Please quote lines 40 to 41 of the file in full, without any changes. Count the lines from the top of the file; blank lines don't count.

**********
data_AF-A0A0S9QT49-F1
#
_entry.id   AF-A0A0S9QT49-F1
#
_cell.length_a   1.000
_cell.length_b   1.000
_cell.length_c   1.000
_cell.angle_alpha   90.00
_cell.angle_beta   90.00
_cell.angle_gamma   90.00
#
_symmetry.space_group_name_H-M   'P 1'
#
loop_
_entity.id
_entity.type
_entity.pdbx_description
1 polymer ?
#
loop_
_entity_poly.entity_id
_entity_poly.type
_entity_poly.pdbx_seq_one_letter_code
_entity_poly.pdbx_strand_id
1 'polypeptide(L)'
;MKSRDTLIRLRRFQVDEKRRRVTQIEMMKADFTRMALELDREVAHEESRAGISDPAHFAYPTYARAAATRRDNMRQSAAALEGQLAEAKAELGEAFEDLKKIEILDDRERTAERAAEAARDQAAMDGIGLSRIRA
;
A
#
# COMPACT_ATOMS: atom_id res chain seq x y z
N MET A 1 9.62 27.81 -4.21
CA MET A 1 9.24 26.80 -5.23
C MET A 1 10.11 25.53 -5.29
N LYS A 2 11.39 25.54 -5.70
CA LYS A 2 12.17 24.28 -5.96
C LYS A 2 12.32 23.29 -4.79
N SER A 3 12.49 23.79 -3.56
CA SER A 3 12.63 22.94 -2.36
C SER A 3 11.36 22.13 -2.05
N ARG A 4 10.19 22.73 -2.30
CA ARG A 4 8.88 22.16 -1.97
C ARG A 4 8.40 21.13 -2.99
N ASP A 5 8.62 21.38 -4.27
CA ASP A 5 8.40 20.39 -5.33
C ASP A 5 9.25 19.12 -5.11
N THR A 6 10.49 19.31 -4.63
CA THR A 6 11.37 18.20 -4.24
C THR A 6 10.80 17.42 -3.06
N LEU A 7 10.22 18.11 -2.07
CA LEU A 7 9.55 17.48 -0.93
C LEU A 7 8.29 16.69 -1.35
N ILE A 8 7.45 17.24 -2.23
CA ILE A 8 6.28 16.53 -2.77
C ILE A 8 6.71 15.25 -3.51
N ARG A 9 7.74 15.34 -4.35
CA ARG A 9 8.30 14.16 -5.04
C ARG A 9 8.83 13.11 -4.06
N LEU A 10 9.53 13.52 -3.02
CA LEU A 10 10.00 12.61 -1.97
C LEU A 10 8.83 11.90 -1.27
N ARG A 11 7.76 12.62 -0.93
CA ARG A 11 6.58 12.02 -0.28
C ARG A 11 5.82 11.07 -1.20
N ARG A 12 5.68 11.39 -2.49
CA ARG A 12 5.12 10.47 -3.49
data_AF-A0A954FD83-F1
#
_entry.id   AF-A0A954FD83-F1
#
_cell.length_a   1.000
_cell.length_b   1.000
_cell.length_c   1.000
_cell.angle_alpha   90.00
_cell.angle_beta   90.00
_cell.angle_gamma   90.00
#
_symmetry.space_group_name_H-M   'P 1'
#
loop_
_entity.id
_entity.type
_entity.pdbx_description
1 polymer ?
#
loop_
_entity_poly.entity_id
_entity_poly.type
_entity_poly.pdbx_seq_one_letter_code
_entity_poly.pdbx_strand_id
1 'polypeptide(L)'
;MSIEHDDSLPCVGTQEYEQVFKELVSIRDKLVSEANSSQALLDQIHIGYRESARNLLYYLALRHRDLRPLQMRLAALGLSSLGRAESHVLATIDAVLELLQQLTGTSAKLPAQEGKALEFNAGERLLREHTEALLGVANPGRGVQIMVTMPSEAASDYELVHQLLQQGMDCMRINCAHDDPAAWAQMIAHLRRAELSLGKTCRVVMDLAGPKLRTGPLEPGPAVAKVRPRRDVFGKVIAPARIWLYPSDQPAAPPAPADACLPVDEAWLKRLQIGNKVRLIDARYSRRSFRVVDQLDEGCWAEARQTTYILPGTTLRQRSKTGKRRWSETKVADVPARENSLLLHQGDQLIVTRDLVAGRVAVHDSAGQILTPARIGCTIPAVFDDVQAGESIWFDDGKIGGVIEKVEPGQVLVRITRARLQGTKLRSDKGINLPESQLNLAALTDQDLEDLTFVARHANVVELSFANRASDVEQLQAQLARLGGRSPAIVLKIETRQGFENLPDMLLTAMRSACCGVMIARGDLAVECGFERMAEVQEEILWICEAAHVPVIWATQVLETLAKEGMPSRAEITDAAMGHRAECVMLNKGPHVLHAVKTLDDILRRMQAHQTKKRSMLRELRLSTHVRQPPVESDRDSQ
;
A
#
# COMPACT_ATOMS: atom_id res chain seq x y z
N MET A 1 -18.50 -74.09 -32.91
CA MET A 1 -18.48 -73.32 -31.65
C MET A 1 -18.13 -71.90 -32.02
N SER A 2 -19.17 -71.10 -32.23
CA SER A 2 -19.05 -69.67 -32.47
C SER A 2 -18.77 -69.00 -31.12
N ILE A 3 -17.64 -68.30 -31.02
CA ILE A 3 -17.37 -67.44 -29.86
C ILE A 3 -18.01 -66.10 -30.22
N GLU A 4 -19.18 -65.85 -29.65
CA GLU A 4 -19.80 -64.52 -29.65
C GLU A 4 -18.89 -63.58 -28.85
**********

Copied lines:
N ARG A 4 10.19 22.73 -2.30
CA ARG A 4 8.88 22.16 -1.97